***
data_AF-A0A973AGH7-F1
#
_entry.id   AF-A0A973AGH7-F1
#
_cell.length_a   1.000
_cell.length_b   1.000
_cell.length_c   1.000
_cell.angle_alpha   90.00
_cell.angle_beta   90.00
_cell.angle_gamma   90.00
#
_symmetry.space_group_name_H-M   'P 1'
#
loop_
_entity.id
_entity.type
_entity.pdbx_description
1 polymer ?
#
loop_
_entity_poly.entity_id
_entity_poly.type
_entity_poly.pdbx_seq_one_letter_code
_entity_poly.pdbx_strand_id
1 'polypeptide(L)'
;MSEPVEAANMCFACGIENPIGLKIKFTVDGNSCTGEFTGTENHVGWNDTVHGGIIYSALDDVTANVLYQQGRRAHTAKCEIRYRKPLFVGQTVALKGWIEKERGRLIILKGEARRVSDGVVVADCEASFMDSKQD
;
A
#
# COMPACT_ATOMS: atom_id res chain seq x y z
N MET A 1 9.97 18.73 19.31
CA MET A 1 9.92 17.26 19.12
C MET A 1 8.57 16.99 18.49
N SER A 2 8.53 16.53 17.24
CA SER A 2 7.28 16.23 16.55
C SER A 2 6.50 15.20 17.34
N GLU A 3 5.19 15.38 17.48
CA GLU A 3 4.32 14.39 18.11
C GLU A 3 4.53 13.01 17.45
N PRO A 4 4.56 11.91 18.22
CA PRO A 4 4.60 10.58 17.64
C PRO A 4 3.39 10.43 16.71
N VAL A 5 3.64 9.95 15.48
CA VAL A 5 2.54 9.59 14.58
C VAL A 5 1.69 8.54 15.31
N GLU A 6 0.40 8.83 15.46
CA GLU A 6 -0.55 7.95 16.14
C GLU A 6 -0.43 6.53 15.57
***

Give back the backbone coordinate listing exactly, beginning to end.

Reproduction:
data_AF-A0A973AGH7-F1
#
_entry.id   AF-A0A973AGH7-F1
#
_cell.length_a   1.000
_cell.length_b   1.000
_cell.length_c   1.000
_cell.angle_alpha   90.00
_cell.angle_beta   90.00
_cell.angle_gamma   90.00
#
_symmetry.space_group_name_H-M   'P 1'
#
loop_
_entity.id
_entity.type
_entity.pdbx_description
1 polymer ?
#
loop_
_entity_poly.entity_id
_entity_poly.type
_entity_poly.pdbx_seq_one_letter_code
_entity_poly.pdbx_strand_id
1 'polypeptide(L)'
;MSEPVEAANMCFACGIENPIGLKIKFTVDGNSCTGEFTGTENHVGWNDTVHGGIIYSALDDVTANVLYQQGRRAHTAKCEIRYRKPLFVGQTVALKGWIEKERGRLIILKGEARRVSDGVVVADCEASFMDSKQD
;
A
#
# COMPACT_ATOMS: atom_id res chain seq x y z
N MET A 1 9.97 18.73 19.31
CA MET A 1 9.92 17.26 19.12
C MET A 1 8.57 16.99 18.49
N SER A 2 8.53 16.53 17.24
CA SER A 2 7.28 16.23 16.55
C SER A 2 6.50 15.20 17.34
N GLU A 3 5.19 15.38 17.48
CA GLU A 3 4.32 14.39 18.11
C GLU A 3 4.53 13.01 17.45
N PRO A 4 4.56 11.91 18.22
CA PRO A 4 4.60 10.58 17.64
C PRO A 4 3.39 10.43 16.71
N VAL A 5 3.64 9.95 15.48
CA VAL A 5 2.54 9.59 14.58
C VAL A 5 1.69 8.54 15.31
N GLU A 6 0.40 8.83 15.46
CA GLU A 6 -0.55 7.95 16.14
C GLU A 6 -0.43 6.53 15.57